eWeek's "12 Scariest Applications"

eWeek.com posted a great list of 12 applications that are in common use but suffer from an assortment of vulnerabilities. The list has some applications that will surprise you. Don't be surprised that Internet Explorer is not on the list...for good or bad, they do have a reason.


Online identities and expert witnesses

For the astute readers who are looking for a future in expert testimony or may be pursuing to advance your career, some words of advice: be cautious about what you post online in online forums, especially about what questions you ask. During expert testimony, if the opposing counsel can't discredit your facts, they will attempt to discredit you. One method that has been used to do this is to Google your online activity and then try to use that against you. For example, if you post a perfectly innocent question early on in your career that any skilled professional should know the answer to, the opposing counsel can try to make you out to be a bumbling fool.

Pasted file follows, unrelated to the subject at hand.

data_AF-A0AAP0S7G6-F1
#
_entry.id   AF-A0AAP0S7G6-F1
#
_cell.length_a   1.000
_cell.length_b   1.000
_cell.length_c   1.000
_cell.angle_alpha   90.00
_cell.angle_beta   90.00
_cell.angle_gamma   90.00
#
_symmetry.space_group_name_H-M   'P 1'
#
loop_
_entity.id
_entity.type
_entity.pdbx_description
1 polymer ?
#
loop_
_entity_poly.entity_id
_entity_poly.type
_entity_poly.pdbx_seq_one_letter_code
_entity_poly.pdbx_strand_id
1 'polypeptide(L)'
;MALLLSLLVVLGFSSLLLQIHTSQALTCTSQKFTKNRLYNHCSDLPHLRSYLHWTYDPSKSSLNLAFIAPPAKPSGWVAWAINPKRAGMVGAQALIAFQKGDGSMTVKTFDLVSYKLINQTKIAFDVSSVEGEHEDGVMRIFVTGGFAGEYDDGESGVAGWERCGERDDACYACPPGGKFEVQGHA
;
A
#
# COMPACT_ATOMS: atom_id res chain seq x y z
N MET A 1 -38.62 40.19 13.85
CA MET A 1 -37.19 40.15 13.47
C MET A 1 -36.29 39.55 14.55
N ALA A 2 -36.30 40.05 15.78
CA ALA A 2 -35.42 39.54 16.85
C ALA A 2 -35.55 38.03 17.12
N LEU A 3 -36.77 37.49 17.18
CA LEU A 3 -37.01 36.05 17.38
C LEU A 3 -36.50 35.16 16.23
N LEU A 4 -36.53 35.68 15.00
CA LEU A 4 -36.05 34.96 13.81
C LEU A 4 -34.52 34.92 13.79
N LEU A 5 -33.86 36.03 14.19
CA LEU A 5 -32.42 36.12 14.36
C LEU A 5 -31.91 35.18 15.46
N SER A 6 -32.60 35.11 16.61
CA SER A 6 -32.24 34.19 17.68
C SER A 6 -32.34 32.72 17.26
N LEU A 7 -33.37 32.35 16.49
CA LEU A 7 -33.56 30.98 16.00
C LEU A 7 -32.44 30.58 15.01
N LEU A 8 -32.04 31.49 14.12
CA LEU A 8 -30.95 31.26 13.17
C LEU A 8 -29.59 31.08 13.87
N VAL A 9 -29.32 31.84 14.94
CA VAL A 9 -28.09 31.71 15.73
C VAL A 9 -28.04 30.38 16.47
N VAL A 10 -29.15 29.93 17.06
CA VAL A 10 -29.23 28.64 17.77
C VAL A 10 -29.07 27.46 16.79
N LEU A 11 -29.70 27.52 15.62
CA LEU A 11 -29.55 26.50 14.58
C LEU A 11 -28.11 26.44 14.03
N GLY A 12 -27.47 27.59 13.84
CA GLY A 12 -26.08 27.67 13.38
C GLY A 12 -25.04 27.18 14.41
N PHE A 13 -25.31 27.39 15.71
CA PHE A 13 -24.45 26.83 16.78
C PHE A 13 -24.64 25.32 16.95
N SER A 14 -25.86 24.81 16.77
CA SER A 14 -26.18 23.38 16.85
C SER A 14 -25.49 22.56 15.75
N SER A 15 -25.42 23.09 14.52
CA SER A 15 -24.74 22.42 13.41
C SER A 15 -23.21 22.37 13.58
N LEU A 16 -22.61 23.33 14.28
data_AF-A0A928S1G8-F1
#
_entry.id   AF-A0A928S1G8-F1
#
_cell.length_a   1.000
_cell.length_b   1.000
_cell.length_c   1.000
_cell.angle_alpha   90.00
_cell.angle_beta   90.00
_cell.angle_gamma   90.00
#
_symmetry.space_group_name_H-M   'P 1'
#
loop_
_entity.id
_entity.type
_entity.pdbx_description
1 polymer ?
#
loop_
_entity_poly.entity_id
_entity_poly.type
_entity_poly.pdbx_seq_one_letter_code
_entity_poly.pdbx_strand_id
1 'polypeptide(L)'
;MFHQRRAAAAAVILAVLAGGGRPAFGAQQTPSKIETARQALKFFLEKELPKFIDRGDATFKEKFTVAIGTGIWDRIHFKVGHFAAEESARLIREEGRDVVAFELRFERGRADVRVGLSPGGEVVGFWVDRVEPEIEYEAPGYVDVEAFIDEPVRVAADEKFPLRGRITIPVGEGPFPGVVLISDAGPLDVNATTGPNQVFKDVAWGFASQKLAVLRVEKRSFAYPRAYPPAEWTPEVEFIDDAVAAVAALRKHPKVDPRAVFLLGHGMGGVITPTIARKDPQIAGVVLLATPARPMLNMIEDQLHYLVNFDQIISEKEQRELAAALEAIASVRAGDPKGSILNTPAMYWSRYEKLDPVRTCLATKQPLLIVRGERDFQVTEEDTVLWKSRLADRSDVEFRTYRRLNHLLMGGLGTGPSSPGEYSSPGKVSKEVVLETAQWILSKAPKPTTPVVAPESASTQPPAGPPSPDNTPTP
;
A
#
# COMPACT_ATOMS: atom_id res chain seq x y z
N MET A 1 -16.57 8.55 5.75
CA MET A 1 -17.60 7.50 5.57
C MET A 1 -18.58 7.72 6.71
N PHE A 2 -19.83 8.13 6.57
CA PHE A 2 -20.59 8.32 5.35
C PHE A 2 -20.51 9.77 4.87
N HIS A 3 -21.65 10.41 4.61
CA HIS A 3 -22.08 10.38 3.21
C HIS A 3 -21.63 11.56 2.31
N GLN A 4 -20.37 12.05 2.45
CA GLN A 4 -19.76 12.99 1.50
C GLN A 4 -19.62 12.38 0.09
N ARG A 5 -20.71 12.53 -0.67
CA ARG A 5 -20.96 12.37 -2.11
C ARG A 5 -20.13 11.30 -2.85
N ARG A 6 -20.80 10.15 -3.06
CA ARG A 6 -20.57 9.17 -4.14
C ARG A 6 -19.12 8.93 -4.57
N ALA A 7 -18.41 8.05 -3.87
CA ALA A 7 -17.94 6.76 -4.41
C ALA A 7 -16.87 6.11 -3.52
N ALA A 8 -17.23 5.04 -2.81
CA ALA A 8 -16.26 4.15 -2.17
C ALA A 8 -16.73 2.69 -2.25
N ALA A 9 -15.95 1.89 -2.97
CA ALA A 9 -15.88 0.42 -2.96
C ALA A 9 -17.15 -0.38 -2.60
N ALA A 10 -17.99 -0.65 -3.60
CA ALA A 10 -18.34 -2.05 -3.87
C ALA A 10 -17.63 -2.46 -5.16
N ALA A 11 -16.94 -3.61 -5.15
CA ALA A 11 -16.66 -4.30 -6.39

An associate of mine, in the forensics field, uses several online identities to bolster and protect his reputation. He uses his "professional identity" to answer other newbies' questions and present himself as an expert in the field and he uses his "throw away identities" to ask questions.



TouchGraph...visually representing web connections

Very interesting tool that helps show how subjects are linked with other subjects on the web. This is particularly useful for seeing how people are characterized on the web.
Try TouchGraph and see for yourself.



Hacked by YouTube...

This article from CBS News outlines the potential for malicious code to be found in online media sources, such as the video files served up by YouTube and similar video websites.

The take home message here is not so much that videos are getting corrupted...we knew that it was only a matter of time.  The real story is the focus on how creative and ingenius the cracker community is at spreading their malware.